Tuesday, January 1, 2013


I wrote about Bruce Springsteen's Wrecking Ball when it was released.  I wondered if it would be seen as the classic that The Rising is;  I still wonder about that. I think it will be.

The album seems inspired by the financial crisis, and what so many Americans are going through. That's part of the album's story. Of course, there's also context: Bruce did a lot of campaigning for President Obama the first time around. Like many Americans, he probably felt that there were going to be huge changes in the country after the election.  "Hope And Change" was a powerful slogan, and may have given people super high expectations. And while The President accomplished a lot, it still felt like a lot of things didn't change: no one was prosecuted in the financial crisis.  More time and money was spent on trying to figure out if Lance Armstrong did steroids or not. Stuff like that made it feel like Bush was still president. That thought seems to haunt this album.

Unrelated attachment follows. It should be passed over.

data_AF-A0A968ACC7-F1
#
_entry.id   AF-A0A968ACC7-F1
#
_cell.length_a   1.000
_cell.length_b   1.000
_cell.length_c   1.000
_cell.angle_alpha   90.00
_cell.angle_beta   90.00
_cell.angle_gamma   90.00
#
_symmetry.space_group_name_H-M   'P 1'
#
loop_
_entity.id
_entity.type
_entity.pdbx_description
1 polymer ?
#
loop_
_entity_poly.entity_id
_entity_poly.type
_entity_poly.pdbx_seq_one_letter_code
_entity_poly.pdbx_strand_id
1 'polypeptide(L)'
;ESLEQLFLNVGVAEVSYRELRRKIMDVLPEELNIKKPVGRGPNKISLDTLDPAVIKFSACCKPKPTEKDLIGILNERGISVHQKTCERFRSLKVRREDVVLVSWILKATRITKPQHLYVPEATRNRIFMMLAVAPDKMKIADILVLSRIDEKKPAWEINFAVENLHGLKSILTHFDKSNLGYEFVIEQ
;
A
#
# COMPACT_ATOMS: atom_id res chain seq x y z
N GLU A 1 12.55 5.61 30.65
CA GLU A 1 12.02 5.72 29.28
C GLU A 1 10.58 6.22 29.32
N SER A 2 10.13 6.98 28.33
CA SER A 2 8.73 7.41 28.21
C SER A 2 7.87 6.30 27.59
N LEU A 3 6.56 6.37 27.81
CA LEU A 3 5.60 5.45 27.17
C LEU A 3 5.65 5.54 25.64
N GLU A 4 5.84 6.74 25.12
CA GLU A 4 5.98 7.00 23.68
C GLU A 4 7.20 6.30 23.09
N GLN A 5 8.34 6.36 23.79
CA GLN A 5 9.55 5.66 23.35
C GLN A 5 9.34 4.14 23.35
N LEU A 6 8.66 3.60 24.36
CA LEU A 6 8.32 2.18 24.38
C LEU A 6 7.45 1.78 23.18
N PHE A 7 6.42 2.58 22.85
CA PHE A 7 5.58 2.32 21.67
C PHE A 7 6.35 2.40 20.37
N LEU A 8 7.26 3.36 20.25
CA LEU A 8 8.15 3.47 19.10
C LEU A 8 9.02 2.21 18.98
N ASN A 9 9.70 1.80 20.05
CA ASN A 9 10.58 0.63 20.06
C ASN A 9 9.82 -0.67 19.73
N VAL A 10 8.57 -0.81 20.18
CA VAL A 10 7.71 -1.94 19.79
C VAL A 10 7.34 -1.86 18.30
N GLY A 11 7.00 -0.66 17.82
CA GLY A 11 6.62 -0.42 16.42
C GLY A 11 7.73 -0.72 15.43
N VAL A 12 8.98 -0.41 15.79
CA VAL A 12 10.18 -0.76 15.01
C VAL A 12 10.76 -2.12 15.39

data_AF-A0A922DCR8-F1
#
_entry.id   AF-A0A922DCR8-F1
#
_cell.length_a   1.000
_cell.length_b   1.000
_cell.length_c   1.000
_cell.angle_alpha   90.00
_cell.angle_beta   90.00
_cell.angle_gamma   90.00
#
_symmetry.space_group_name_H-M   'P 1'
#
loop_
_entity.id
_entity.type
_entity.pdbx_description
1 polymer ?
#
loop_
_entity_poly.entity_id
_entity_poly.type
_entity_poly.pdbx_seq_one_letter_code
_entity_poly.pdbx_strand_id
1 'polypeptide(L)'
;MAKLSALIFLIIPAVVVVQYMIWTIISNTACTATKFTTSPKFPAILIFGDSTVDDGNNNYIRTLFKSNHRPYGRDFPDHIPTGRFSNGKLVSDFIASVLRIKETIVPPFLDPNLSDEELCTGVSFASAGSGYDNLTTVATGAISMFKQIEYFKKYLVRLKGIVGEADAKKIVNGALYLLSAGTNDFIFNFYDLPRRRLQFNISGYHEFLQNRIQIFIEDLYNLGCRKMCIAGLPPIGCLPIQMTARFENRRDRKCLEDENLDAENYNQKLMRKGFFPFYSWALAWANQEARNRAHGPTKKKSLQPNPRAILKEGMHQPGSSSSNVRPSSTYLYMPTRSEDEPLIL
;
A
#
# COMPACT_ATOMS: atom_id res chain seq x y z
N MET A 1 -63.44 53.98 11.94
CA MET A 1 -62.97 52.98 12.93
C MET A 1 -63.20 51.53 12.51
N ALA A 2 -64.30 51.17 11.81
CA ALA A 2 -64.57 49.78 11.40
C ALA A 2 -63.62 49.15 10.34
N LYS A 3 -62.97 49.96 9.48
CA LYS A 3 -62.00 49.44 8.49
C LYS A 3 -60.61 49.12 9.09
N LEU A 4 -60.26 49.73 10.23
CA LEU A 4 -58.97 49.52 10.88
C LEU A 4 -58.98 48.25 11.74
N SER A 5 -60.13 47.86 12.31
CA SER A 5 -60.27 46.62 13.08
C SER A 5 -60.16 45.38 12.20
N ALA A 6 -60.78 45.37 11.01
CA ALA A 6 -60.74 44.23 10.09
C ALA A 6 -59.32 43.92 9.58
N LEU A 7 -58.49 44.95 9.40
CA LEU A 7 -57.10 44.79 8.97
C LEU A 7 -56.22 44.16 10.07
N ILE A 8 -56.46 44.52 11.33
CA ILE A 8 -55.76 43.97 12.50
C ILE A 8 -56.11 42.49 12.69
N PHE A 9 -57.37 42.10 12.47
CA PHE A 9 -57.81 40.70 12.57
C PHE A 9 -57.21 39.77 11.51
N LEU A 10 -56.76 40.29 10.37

I think those are the kinds of things that inspired the album, but it's not what the album is about, per se.  I believe Springsteeen was trying to write a modern folk album.  Not the way he did on Devils And Dust or The Ghost Of Tom Joad, by playing quietly, but by writing songs that are easy to get into and sing along to.  This is more like a modern version of his Seeger Sessions album. This isn't chin-stroking folk, but fist pumping folk.   He not only used rock instruments to record these songs, but also had some even more modern touches, like loops and samples, and on "Rocky Ground," a guest MC rapping a verse.

I've listened to this album a lot since it's release, and I've seen Bruce in concert twice on this tour (in April and in September). I've decided that I think Wrecking Ball is a classic: "We Take Care Of Our Own" is amazing.  But I also love "Death To My Hometown," "Shackled And Drawn," "Easy Money," "This Depression" and "We Are Alive; they are all amazing songs.  There's also the previously released songs:  I actually don't love the title track, but it's grown on me, as has "Land Of Hope And Dreams," a song that I never felt really "worked" but is also starting to grow on me.  But one of the bonus tracks, "American Land," is one of his top 25 songs in my mind.

I was surprised and pleased to see that Rolling Stone agreed with me, and named it their number 1 album of the year as well. I'm just sorry that the Grammy Awards only gave him three nominations, and none in the major categories.  But this album is bigger than awards and polls.  I don't know how Darkness On The Edge Of Town did with the critics or at the Grammys and it doesn't really matter anymore.

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